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More news in the vaccination wars

By Amanda Marcotte
Monday, May 24, 2010 21:35 EDT
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This is part one of Frontline’s coverage of the vaccine wars.

Great news: Dr. Andrew Wakefield’s tattered reputation takes another blow in light of his increasingly-sleazy-seeming research that linked MMR vaccines with autism (and was subsequently disproved in every way).

A doctor who touched off a worldwide panic over an alleged link between the MMR vaccine and autism has been barred from practicing medicine over unethical research practices. Britain’s General Medical Council struck Wakefield from the medical register on Monday, a sanction analogous to disbarring a lawyer.

This is after the Lancet, which originally published Dr. Wakefield’s highly questionable research, retracted the study. It was an unusual move from the journal, but one that was necessary in light of all the damage that Wakefield has done to his profession’s ability to look after the health of children and the larger community. It’s important that skeptics keep hammering at this. Every time another anti-vaccine nut gets hit with a public disgracing like this, you get more fence sitters who might wake up to the fact that the fears that are being sown about vaccines are more fantasy than fact, and the diseases that vaccines protect against are quite real.

Of course, the one problem with this is that every time someone gets a public disgracing like this for their conspiracy theory mongering, their adherents double down. We can expect that, too. And that’s because this was never about science and really not much about children’s health, but has taken off because it appeals to certain individualistic and anti-modernist elements in society. Frontline recently did an excellent piece on the vaccine wars, and one thing that really stuck out was how much the reasoning of anti-vaxxers was less about reasoning and more about certain values that I frankly found kind of repulsive.

The first big one was the inability to accept win-win thinking. Parents who didn’t vaccinate repeatedly cited herd immunity as a flaw in vaccinations, and angrily insisted that it wasn’t their job to look after the health of the community. The emotional reasoning couldn’t be more evident—they seem to believe that anything that is good for your neighbor is by definition taking from you, that there is no such thing as a win-win solution. For this, I blame decades of libertarian/conservative political propaganda that’s made even the ostensibly liberal yuppies that inculcate anti-vaccination sentiment start to think that doing right by their children must mean screwing over all other children. (You also get this mentality in the competition for day care slots and tracking children as “gifted” at younger and younger ages.) The reality is that life isn’t all dog eat dog. Sometimes by doing right by others, you do right by yourself. Vaccines are a classic example of this—protecting yourself from disease means doing so for others.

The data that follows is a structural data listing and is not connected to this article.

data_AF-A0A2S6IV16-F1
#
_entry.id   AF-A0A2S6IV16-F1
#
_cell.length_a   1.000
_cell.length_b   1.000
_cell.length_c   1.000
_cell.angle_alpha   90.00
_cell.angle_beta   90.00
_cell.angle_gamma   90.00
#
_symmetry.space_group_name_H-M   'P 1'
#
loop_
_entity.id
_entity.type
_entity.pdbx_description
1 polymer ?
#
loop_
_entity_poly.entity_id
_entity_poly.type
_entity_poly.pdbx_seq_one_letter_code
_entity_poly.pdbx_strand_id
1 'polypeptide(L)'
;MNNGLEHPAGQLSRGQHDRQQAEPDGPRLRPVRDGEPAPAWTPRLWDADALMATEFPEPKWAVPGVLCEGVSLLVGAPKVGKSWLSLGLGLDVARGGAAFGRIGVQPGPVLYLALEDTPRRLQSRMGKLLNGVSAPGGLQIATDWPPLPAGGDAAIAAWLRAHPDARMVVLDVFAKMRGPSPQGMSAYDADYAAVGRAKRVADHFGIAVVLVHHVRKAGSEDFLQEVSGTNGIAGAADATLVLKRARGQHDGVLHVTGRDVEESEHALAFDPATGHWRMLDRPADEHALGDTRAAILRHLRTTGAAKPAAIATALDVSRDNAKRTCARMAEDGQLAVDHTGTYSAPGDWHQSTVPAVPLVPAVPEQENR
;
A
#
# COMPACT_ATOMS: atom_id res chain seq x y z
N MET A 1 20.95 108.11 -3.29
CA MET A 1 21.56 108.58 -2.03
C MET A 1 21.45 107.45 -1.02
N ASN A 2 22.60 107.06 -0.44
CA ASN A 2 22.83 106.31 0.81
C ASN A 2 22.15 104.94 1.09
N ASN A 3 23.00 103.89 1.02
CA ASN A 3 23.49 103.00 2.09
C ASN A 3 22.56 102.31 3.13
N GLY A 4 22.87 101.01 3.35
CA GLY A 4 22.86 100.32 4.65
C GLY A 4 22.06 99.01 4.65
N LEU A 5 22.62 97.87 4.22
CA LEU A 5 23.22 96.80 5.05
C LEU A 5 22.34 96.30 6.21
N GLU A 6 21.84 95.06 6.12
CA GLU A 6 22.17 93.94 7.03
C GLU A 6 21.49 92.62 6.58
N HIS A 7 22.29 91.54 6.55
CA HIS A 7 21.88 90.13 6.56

The other attitudes are a little less understandable, and I’m a little less inclined to see the parents as victims of propaganda/our overly competitive society. But bluntly, there’s also a little bit of “my child is a special snowflake” going on with some of the anti-vaxxers interviewed, and god knows that with Jenny McCarthy this has always been a problem. One of the mothers flips shit because they vaccinate babies for Hep B, which she hysterically describes as a “sexually transmitted infection”. Well, if that little girl grows up lucky enough not to catch disease, she’s probably still going to catch a whole lot of hang-ups from a mother who seems aggressively opposed to the idea that the point of being a child is that you grow up, not that you’re some delicate little symbol of innocence for your parents to objectify. The woman claims the nurse just got mad at her; I’ll bet she was trying to stifle herself from asking if anyone could be so stupid as to think a small baby isn’t going to grow up to be a sexually active woman.

Beyond just even the sex thing, there seems to be a connection between being one of those ego-monster parents who uses your child to display your own self-image instead of letting them be another person. Of course, to be fair, that’s a strong phenomenon in our culture, and extends beyond just the parent-child relationship—we all know people whose friends are chosen to project a certain image, or whose choice in romantic partners is more about how they want others to perceive them and less about the other person as a full human being. Ordinary preventive medical care seems a tad mundane and certainly too collectivist if you’re stuck in this mindset.

Then there’s a big old dose of nostalgia, my all-time favorite mental fart. Some parents seemed to almost be pleased at the idea of diseases like the measles, which are charmingly old-fashioned in their eyes, compared to Evil Science-y Shots. But as the program showed, actually no. These diseases aren’t cute rites of passage, and suggesting otherwise seems more than a little sadistic towards children. The show winds up with a story of a little baby who got the whooping cough from an older unvaccinated child, and the distress of the parents and medical staff when dealing with this baby should put a chill on anyone who thinks anti-vaccination hysteria is relatively harmless. Warning: it’s very distressing watching this poor baby cough and desperately try to breathe.

Amanda Marcotte
Amanda Marcotte
Amanda Marcotte is a freelance journalist born and bred in Texas, but now living in the writer reserve of Brooklyn. She focuses on feminism, national politics, and pop culture, with the order shifting depending on her mood and the state of the nation.
 
 
 
 
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